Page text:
This was for a project in my photography class. We had to choose historical photos from our culture and then find text to go with the picture and put everything together in the style of Carrie Mae Weems. The text of each photo is either directly quoted from an actual person, modified from a primary source, or created entirely by me.
Theme of the entire piece: “Even if my fingernails [tear] out, my nose and ears rip apart, and my legs and arms crush, the pain of losing my nation is more brutal.” - Yu Gwansun
This piece explores the painful history of Korea and Koreans - Japanese occupation, Korean War, Korean Diaspora, and the L.A. Riots - and how in each case, our nation lost bits of itself (dead student protesters, dead soldiers, orphan children sent overseas, and loss of a purely Korean identity in exchange for a Korean American identity).
1) Dark purple. Mothers grieve for their sons killed in a demonstration, 1960. I solely created the text. While I am not sure if this picture is connected to the Japanese occupation of Korean from 1910-1945 and the consequent student demonstrations reacting against it, I interpreted the picture to represent the sorrow of Korean mothers who have lost their sons and daughters to the struggle against Japanese occupation.
2) Olive green. The color of peace is contrasted jarringly with the image of a machinery behind a young Korean girl and what it seems to be her baby brother. The word “South Korea” is on the baby and “North Korea” is placed on the young girl to show how families were split by the civil war. Text is based on a NY Times article that quoted Ri Kyong, a North Korean refugee. I modified it slightly.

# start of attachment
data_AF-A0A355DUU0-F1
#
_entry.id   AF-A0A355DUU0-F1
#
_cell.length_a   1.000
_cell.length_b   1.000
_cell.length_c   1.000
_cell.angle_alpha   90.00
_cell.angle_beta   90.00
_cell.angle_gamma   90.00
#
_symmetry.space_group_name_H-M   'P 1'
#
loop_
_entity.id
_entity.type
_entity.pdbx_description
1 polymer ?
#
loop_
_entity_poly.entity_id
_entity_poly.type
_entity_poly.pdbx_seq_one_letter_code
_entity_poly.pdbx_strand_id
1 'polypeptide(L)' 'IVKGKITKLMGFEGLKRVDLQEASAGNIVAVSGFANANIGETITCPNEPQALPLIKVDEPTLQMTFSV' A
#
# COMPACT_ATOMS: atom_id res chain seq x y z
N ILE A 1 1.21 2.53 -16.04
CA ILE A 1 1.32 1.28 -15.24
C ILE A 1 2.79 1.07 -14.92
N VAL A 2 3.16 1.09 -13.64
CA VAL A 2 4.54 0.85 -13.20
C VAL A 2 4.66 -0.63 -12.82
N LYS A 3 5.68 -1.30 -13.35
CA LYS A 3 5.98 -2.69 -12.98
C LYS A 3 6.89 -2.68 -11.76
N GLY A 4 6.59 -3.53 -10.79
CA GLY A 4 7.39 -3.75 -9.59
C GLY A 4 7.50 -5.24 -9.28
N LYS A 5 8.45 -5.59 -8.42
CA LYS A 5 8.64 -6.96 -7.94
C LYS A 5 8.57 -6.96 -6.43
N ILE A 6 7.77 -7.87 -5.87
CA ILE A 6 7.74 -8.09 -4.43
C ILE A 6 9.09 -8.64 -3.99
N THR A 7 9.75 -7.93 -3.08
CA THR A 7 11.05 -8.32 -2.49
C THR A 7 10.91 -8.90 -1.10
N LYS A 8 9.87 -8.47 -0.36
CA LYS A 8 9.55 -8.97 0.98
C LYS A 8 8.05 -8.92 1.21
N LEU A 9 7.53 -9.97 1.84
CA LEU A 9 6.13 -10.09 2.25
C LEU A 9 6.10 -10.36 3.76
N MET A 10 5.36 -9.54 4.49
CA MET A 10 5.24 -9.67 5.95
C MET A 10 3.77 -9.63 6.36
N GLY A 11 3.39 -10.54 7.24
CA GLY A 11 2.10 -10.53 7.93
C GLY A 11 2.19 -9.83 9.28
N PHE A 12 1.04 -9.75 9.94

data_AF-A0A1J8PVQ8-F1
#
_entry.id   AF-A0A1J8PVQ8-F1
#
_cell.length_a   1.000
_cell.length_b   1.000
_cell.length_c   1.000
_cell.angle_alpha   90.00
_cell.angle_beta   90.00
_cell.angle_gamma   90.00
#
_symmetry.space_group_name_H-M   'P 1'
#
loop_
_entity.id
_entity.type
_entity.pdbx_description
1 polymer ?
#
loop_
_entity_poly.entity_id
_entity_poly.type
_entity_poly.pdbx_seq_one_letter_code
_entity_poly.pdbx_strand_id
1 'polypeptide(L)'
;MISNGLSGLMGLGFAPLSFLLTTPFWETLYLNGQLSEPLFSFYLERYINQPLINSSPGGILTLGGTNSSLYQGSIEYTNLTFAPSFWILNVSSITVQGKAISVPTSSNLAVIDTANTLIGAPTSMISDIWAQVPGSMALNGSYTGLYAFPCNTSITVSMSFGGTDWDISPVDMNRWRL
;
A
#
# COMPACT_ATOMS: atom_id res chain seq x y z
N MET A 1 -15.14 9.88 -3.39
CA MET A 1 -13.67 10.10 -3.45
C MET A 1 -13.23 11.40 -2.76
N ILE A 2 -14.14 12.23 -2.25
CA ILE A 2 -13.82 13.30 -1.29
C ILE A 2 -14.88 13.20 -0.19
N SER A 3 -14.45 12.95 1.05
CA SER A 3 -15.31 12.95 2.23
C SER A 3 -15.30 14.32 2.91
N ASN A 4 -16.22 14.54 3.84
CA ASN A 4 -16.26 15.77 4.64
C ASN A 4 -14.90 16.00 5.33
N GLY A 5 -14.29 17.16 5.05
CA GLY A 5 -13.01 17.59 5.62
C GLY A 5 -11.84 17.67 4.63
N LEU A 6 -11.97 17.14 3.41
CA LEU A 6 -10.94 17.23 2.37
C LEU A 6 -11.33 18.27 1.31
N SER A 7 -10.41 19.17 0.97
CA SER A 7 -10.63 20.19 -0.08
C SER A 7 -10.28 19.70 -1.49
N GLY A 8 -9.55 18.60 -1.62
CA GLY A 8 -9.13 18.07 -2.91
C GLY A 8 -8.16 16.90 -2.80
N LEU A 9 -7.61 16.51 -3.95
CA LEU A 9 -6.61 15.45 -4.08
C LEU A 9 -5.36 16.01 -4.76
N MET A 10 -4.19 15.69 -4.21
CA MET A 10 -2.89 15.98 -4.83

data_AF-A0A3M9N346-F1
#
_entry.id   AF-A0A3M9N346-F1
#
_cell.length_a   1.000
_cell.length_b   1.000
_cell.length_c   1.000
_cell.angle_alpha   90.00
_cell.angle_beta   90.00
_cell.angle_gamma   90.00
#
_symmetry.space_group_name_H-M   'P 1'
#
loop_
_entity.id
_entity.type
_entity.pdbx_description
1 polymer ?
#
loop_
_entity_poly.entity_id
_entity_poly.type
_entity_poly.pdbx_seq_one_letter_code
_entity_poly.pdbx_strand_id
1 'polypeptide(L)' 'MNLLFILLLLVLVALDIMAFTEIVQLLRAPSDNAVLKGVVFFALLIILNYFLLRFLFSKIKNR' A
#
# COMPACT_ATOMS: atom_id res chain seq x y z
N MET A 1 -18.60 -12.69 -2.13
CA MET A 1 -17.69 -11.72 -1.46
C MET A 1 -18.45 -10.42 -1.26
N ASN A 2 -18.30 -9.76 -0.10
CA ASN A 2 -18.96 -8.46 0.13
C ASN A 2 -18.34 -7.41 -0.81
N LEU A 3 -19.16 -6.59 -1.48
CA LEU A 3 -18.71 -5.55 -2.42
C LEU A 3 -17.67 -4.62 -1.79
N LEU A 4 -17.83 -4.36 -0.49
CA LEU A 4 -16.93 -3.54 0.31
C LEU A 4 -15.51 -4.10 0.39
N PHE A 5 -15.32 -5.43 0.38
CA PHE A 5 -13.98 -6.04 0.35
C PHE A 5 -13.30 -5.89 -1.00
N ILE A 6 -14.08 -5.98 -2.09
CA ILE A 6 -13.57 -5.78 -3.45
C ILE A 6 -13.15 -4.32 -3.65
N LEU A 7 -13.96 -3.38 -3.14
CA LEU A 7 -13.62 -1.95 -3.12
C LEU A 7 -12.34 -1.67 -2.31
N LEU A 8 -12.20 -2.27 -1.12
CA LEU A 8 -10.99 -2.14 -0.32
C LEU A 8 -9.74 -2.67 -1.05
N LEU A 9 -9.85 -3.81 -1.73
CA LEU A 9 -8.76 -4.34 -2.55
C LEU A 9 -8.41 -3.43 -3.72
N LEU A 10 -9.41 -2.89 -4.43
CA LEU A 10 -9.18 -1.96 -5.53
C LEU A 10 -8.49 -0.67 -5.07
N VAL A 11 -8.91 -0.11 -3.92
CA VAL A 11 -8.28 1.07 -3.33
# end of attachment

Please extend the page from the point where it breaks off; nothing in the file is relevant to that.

3) Blue. A photo of a young Korean orphan. He represents the nearly 200,000 children who have been adopted overseas [often into white families] since the Korean War. This connects to the broader Korean Diaspora. Text is directly from adoptee Andy Marra’s wonderful and heartfelt article on going to Korea to meet her biological mother for the first time.
4) Red. My least favorite aesthetically because I had to really contrast the picture in order to highlight the redness so the picture is unclear. It is a photograph of Korean storeowners on rooftops, guarding their livelihoods. Text is a merging of two quotes from this NY Times article of April 1992. While this photograph is not of Korea directly, it is about immigrant Koreans in America and the long history of emigration from Korea. The L.A. Riots showed how isolated Koreans were from other people of color who resented their so-called “model minority” success and isolated from the police forces that abandoned the Koreans in their time of need. After the L.A. Riots, Koreans realized the importance of structuring a Korean American identity and getting involved in politics and activism, especially working closely with other communities of color.